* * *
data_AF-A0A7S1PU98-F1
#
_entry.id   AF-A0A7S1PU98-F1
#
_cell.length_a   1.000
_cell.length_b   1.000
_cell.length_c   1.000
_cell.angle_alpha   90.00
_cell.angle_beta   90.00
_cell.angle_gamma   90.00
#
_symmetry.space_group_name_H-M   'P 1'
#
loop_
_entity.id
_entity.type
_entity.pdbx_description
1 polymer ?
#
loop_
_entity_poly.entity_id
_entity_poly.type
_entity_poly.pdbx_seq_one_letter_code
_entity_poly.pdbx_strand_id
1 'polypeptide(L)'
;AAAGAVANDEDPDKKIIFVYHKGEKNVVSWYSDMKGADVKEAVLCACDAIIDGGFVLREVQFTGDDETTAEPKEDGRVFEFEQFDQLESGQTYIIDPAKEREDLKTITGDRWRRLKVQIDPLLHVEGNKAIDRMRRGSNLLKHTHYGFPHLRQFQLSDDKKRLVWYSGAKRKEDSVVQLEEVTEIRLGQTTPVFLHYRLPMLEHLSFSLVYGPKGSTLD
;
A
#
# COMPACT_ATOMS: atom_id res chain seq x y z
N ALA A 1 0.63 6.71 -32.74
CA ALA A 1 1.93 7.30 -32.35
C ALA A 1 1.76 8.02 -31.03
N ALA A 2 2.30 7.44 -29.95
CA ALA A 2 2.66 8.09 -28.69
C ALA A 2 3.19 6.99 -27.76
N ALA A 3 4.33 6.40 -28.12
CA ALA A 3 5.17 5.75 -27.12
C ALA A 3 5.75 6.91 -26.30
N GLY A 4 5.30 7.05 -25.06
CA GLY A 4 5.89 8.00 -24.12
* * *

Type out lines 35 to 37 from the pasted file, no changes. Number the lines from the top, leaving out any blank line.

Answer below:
CA ALA A 2 2.66 8.09 -28.69
C ALA A 2 3.19 6.99 -27.76
N ALA A 3 4.33 6.40 -28.12